June 2023, Vol. 250, No. 6


Detecting Leaks Using Remote Sensing Pipeline Monitoring

By Grant Wiseman, Remote Sensing Technology Manager, Stantec Consulting Ltd. 

(P&GJ) — Pipelines are incredibly valuable assets for the energy and resources industry. Not only are they the safest way to move petroleum and other products, but they are also the most cost-effective and sustainable option to do so.

Just think about it. Pipelines can carry hundreds of thousands of barrels of petroleum products per day. Imagine that same amount being transported on our roads or rails, and the abundant greenhouse gas (GHG) emissions that would come with using that approach. It’ll make your head spin. 

Pipelines are here to stay, at least for the near future. After all, we won’t be able to build our clean energy future over night. It will take time, and pipelines can help get us there in a safer and more sustainable way. But pipeline projects often face stiff opposition from environmental groups which may instead focus on the possibility of leaks and the potential damage these leaks could do to the environment. 

We know that leaks do occur, and they can happen for a variety of reasons. These can include issues of ground movement, corrosion, or operational failure. When these kinds of events happen, they can have significant negative effects on the environment, wildlife, and local communities. But they can also have profound consequences for pipeline operators, such as the cost of lost product, the cost of the clean up, and the hit to their public reputation. 

To make pipeline projects more viable in the larger public eye, operators need to convince stakeholders that should a leak ever occur, it will be repaired as soon as possible – with minimal impacts to the environment. One way to achieve this is through remote sensing technology, which gives operators the ability to monitor pipelines in near real-time. 

So, lets explore what remote sensing is, how it’s been revolutionized over the years, and how it can help monitor pipelines for leaks using satellite imagery from space.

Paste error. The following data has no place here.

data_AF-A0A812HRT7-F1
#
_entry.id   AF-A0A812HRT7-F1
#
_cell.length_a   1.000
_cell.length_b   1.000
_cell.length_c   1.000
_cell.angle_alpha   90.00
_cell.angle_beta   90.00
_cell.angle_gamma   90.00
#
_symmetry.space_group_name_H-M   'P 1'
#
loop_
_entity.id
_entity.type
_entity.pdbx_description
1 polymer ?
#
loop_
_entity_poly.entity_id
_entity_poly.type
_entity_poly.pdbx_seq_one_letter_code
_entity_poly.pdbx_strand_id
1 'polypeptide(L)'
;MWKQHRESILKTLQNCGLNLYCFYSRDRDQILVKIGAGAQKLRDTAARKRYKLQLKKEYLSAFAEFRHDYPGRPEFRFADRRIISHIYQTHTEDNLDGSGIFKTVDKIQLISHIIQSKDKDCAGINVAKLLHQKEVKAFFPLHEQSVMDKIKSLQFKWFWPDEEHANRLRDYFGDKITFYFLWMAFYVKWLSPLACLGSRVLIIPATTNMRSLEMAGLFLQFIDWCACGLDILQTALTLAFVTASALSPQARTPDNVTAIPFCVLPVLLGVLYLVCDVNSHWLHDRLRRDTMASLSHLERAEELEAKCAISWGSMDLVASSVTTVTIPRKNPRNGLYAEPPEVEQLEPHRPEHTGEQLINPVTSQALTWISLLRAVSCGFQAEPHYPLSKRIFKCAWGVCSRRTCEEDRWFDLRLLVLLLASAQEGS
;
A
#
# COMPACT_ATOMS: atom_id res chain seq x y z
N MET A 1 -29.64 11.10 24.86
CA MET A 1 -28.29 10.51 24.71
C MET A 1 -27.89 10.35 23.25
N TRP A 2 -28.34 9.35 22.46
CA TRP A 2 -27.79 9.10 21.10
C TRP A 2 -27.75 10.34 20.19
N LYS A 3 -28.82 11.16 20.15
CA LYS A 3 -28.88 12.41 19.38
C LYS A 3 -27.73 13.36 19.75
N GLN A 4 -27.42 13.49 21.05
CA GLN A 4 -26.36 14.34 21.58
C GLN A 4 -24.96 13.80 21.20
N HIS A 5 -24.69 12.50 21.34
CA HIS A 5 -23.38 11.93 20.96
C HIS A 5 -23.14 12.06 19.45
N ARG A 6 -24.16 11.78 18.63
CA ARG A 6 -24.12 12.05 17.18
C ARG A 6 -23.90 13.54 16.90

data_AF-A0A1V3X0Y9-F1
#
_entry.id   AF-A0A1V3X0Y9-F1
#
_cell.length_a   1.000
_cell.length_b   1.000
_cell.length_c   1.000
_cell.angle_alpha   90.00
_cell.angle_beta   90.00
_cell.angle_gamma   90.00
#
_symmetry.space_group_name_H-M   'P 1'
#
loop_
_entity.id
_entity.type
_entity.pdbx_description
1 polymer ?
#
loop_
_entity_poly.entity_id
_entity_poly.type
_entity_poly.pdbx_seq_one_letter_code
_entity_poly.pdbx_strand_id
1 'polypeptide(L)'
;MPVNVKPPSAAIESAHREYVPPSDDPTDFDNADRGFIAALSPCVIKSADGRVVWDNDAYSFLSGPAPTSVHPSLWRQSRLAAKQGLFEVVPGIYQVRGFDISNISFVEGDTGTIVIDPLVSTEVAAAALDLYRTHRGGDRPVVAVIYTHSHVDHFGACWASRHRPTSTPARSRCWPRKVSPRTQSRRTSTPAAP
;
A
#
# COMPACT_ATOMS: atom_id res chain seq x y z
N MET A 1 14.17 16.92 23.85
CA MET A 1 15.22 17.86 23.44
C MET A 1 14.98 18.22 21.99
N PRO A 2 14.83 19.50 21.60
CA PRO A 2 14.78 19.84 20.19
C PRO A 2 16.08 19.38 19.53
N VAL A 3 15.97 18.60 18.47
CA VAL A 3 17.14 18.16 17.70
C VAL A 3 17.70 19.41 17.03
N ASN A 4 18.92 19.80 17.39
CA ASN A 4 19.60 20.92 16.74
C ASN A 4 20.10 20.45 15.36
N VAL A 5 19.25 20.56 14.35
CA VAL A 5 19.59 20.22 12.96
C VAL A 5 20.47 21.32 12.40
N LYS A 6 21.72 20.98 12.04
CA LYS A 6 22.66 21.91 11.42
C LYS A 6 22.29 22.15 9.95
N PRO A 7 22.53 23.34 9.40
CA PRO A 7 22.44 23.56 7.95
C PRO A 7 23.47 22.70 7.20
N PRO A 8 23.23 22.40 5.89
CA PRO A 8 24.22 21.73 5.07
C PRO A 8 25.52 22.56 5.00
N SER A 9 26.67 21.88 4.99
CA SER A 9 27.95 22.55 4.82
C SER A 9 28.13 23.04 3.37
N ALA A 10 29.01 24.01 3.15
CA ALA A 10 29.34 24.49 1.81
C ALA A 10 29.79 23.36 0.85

Brief History  

Our approach to monitoring pipelines has certainly evolved over the years. Historically, pipeline operators would physically tread along the pipeline route looking for signs of a potential leak. This approach would evolve with the use of planes (with pilots trained to visually identify leaks), and eventually to using unmanned drones. While these methods helped to detect leaks, they were not necessarily cost- or time-effective. 

For many new pipeline projects, these efforts are no longer necessary. Why? Because new pipelines utilize fiber optics and computational monitoring systems that inform operators of leaks.  

However, these technologies are often not available for older pipelines buried in the ground, as they are extremely difficult – and costly – to retrofit. That is where remote sensing comes into play. 

Remote sensing specialists capture and analyze images that are taken from above the surface of the Earth. This enables a deeper understanding of our planet and how it changes over time. In recent years, we have relied on satellites to provide images continuously throughout the day.  

This approach to imagery provides near real-time data and helps us make more informed decisions about anything related to Earth’s surface. For the energy and resources industry, we can use this satellite imagery to monitor pipeline infrastructure for leaks. 

It's clear that remote sensing technology can help operators find leaks faster –and cheaper – than conventional methods. But how does it work? 

Remote Sensing  

In the past few years, remote sensing technology has evolved significantly. Before, the satellites used to capture these images were large – about the size of a large truck or trailer – and expensive. But now we use dove satellites. These small satellites are about the size of a microwave and significantly less costly to manufacture or launch. When launched in a constellation, these small dove satellites work in coordination to achieve complete coverage of the earth at all times of the day. 

These advancements in technology have enabled our teams to create a suite of tools that help our clients in many ways, from monitoring landslides to wildfires to sediment in the ocean floor. But we also use it to effectively monitor buried pipelines. We call this tool PipeWATCH, and it can help pipeline operators not only know where a leak occurs, but when.